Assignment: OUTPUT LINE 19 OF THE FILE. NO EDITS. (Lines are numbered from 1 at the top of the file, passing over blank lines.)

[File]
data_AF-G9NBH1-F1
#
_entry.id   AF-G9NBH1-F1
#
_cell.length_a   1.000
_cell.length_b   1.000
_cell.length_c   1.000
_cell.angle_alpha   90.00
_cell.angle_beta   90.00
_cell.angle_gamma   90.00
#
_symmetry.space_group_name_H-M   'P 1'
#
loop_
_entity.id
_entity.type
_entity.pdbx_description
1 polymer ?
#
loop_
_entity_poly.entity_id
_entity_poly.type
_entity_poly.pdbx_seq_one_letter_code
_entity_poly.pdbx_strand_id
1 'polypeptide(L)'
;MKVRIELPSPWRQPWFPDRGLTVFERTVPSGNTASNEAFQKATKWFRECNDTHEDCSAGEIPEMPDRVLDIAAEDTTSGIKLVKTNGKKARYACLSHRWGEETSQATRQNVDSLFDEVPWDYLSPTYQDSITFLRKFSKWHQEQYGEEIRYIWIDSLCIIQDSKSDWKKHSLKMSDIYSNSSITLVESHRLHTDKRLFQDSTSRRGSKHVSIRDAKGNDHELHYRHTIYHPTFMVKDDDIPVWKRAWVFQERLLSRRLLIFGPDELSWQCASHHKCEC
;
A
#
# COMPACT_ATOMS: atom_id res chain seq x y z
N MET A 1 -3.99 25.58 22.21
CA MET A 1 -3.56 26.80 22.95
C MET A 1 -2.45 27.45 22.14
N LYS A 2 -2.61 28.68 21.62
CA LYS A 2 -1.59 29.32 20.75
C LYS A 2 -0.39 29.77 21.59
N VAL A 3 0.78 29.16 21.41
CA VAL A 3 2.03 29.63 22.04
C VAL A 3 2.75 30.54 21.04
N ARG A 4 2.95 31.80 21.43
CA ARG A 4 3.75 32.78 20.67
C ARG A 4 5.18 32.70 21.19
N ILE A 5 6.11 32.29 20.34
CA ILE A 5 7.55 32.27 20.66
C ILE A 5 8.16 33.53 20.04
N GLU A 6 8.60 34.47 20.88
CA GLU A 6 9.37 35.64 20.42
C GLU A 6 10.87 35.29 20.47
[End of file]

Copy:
#